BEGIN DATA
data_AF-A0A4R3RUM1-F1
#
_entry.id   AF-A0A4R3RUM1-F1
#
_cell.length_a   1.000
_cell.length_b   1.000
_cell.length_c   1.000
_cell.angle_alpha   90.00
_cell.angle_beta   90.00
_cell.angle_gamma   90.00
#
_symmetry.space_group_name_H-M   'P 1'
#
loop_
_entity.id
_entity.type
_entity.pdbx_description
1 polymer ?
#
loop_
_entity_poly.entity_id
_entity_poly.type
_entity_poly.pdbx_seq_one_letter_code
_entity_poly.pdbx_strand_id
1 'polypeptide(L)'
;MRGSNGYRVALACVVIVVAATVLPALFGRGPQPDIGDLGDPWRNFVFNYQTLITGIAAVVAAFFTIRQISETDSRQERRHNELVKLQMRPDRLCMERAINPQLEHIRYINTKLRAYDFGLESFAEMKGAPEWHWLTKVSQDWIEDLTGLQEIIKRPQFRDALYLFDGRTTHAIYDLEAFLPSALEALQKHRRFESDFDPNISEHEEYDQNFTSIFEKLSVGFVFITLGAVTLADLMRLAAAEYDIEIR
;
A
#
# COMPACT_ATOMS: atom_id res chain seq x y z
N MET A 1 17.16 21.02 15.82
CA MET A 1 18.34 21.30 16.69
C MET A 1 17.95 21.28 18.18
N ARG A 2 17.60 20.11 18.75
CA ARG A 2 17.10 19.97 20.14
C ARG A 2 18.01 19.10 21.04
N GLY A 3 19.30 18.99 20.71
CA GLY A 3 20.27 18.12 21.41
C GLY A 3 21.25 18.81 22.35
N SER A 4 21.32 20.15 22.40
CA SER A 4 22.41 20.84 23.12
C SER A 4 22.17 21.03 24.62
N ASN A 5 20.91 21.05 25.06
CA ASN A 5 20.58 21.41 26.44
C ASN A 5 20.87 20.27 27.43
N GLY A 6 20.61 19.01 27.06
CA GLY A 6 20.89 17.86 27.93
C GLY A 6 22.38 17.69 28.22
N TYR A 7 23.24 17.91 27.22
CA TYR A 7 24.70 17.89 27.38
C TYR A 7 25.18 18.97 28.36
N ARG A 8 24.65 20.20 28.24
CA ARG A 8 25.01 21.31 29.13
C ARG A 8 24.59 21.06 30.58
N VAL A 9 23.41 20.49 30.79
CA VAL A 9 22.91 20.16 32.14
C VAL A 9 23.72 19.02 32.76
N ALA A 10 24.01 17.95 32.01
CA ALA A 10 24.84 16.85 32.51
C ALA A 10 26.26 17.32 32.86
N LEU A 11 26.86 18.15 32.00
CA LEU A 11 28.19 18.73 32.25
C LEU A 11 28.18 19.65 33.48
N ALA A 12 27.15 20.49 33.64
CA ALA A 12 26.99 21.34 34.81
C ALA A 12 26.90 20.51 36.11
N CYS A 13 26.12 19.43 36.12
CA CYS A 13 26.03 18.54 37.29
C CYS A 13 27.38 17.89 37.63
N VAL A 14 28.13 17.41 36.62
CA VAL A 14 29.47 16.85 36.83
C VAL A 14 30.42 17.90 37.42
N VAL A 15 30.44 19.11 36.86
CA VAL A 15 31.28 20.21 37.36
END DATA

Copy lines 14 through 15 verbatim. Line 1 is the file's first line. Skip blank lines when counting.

loop_
_entity.id